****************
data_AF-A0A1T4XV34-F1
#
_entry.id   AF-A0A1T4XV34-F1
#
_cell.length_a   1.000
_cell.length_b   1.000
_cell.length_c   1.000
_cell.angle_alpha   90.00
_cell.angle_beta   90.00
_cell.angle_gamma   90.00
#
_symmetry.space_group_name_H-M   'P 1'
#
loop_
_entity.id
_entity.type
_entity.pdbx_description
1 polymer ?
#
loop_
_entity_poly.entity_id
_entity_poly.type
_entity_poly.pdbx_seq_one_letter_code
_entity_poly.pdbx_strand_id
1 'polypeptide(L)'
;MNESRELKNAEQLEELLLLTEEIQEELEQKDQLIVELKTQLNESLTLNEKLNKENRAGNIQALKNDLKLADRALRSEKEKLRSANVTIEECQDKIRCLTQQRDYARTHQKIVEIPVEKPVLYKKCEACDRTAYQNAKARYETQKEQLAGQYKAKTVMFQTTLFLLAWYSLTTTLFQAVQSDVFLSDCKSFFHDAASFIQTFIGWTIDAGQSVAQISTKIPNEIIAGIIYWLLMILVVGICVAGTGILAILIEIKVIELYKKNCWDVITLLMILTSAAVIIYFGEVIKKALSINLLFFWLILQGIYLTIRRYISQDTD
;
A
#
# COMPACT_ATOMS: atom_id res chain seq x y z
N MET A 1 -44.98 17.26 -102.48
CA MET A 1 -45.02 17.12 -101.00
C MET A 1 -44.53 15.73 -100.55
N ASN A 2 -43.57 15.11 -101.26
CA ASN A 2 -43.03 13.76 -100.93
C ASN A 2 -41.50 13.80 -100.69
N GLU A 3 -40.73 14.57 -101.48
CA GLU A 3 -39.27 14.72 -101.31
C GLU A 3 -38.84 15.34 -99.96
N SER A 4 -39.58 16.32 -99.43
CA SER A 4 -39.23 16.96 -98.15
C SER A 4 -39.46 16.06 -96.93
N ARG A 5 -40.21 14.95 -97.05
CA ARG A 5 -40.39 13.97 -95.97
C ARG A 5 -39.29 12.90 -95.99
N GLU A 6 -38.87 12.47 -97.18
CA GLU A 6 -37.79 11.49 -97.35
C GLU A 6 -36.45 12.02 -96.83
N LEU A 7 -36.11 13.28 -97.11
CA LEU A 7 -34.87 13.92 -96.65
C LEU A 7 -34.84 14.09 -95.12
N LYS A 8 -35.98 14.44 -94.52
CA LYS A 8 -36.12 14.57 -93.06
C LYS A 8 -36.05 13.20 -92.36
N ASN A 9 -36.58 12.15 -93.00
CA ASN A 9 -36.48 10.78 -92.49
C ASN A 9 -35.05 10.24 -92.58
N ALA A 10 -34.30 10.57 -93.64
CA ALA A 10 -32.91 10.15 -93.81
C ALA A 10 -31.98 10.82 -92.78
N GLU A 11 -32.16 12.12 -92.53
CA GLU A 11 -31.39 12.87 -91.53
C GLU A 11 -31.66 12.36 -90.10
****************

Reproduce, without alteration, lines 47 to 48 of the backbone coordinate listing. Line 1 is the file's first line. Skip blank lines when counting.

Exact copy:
CA GLU A 6 -37.79 11.49 -97.35
C GLU A 6 -36.45 12.02 -96.83